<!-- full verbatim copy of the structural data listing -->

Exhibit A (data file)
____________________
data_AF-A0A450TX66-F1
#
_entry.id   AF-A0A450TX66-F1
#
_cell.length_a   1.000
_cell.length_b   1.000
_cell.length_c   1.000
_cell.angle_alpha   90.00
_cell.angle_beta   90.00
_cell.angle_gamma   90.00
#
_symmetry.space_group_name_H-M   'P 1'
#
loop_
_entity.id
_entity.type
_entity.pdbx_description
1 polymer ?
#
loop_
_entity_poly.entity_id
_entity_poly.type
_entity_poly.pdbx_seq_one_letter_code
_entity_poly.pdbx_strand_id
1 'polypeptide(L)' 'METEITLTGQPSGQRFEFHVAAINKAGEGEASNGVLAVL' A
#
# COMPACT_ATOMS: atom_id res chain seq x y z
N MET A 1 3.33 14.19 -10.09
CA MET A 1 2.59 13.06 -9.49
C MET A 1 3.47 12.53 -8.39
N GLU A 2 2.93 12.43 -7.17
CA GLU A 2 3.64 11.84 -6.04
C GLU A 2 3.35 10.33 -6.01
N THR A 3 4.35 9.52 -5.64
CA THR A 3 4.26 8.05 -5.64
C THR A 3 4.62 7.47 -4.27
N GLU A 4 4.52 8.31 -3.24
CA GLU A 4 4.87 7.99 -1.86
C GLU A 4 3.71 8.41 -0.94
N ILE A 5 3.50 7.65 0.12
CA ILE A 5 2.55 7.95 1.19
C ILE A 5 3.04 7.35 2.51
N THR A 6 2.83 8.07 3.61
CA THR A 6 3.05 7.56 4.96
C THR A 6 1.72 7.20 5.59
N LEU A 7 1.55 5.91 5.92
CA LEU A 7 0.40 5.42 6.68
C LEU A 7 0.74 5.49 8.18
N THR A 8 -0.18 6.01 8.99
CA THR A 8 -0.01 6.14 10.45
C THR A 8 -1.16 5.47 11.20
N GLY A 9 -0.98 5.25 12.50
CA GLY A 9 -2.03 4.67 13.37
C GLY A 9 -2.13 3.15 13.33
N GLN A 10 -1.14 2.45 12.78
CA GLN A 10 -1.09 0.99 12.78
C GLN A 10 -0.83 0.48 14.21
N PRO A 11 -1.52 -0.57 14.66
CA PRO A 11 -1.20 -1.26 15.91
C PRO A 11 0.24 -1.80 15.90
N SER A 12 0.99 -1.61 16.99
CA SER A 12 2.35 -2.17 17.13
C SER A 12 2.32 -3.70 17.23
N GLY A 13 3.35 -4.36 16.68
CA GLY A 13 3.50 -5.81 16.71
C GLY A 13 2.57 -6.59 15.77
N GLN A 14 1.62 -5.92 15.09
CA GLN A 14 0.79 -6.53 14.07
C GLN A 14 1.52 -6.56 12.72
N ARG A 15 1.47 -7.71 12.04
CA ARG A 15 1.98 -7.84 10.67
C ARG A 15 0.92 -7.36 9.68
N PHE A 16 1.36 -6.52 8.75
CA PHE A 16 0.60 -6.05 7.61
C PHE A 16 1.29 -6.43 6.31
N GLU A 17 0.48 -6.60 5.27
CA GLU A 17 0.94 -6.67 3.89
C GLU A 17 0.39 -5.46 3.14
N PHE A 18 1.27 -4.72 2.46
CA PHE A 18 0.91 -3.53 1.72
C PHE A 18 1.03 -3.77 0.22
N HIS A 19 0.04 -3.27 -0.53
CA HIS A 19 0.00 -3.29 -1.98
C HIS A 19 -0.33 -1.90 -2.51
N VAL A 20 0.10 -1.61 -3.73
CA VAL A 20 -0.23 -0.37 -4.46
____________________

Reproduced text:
data_AF-A0A450TX66-F1
#
_entry.id   AF-A0A450TX66-F1
#
_cell.length_a   1.000
_cell.length_b   1.000
_cell.length_c   1.000
_cell.angle_alpha   90.00
_cell.angle_beta   90.00
_cell.angle_gamma   90.00
#
_symmetry.space_group_name_H-M   'P 1'
#
loop_
_entity.id
_entity.type
_entity.pdbx_description
1 polymer ?
#
loop_
_entity_poly.entity_id
_entity_poly.type
_entity_poly.pdbx_seq_one_letter_code
_entity_poly.pdbx_strand_id
1 'polypeptide(L)' 'METEITLTGQPSGQRFEFHVAAINKAGEGEASNGVLAVL' A
#
# COMPACT_ATOMS: atom_id res chain seq x y z
N MET A 1 3.33 14.19 -10.09
CA MET A 1 2.59 13.06 -9.49
C MET A 1 3.47 12.53 -8.39
N GLU A 2 2.93 12.43 -7.17
CA GLU A 2 3.64 11.84 -6.04
C GLU A 2 3.35 10.33 -6.01
N THR A 3 4.35 9.52 -5.64
CA THR A 3 4.26 8.05 -5.64
C THR A 3 4.62 7.47 -4.27
N GLU A 4 4.52 8.31 -3.24
CA GLU A 4 4.87 7.99 -1.86
C GLU A 4 3.71 8.41 -0.94
N ILE A 5 3.50 7.65 0.12
CA ILE A 5 2.55 7.95 1.19
C ILE A 5 3.04 7.35 2.51
N THR A 6 2.83 8.07 3.61
CA THR A 6 3.05 7.56 4.96
C THR A 6 1.72 7.20 5.59
N LEU A 7 1.55 5.91 5.92
CA LEU A 7 0.40 5.42 6.68
C LEU A 7 0.74 5.49 8.18
N THR A 8 -0.18 6.01 8.99
CA THR A 8 -0.01 6.14 10.45
C THR A 8 -1.16 5.47 11.20
N GLY A 9 -0.98 5.25 12.50
CA GLY A 9 -2.03 4.67 13.37
C GLY A 9 -2.13 3.15 13.33
N GLN A 10 -1.14 2.45 12.78
CA GLN A 10 -1.09 0.99 12.78
C GLN A 10 -0.83 0.48 14.21
N PRO A 11 -1.52 -0.57 14.66
CA PRO A 11 -1.20 -1.26 15.91
C PRO A 11 0.24 -1.80 15.90
N SER A 12 0.99 -1.61 16.99
CA SER A 12 2.35 -2.17 17.13
C SER A 12 2.32 -3.70 17.23
N GLY A 13 3.35 -4.36 16.68
CA GLY A 13 3.50 -5.81 16.71
C GLY A 13 2.57 -6.59 15.77
N GLN A 14 1.62 -5.92 15.09
CA GLN A 14 0.79 -6.53 14.07
C GLN A 14 1.52 -6.56 12.72
N ARG A 15 1.47 -7.71 12.04
CA ARG A 15 1.98 -7.84 10.67
C ARG A 15 0.92 -7.36 9.68
N PHE A 16 1.36 -6.52 8.75
CA PHE A 16 0.60 -6.05 7.61
C PHE A 16 1.29 -6.43 6.31
N GLU A 17 0.48 -6.60 5.27
CA GLU A 17 0.94 -6.67 3.89
C GLU A 17 0.39 -5.46 3.14
N PHE A 18 1.27 -4.72 2.46
CA PHE A 18 0.91 -3.53 1.72
C PHE A 18 1.03 -3.77 0.22
N HIS A 19 0.04 -3.27 -0.53
CA HIS A 19 0.00 -3.29 -1.98
C HIS A 19 -0.33 -1.90 -2.51
N VAL A 20 0.10 -1.61 -3.73
CA VAL A 20 -0.23 -0.37 -4.46